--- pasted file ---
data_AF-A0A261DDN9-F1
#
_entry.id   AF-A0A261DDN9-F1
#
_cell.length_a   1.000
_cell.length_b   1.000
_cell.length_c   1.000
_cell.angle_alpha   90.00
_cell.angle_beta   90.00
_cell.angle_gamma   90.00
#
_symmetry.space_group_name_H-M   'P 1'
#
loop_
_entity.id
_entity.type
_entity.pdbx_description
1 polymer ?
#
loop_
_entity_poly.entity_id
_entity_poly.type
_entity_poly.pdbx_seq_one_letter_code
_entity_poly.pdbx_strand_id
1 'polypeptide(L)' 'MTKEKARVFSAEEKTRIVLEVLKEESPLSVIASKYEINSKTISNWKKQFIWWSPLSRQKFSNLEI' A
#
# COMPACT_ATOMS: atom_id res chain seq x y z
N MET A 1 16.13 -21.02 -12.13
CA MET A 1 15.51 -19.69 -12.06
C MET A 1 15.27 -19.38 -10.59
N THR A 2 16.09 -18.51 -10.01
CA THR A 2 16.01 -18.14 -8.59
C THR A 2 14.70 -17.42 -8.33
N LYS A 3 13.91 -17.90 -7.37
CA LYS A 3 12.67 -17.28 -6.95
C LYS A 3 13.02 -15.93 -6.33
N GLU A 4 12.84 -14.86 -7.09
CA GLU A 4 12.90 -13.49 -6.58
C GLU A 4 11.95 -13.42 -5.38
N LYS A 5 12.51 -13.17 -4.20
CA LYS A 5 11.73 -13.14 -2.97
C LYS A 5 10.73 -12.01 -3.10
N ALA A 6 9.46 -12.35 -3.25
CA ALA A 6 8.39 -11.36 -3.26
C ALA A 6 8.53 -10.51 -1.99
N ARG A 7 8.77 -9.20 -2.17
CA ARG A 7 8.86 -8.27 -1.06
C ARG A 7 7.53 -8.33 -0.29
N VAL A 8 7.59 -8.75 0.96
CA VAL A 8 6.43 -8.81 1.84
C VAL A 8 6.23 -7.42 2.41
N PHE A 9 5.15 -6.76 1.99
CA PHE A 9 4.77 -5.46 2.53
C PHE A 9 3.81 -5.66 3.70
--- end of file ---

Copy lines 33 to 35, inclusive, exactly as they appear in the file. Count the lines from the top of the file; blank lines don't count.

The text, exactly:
C THR A 2 14.70 -17.42 -8.33
N LYS A 3 13.91 -17.90 -7.37
CA LYS A 3 12.67 -17.28 -6.95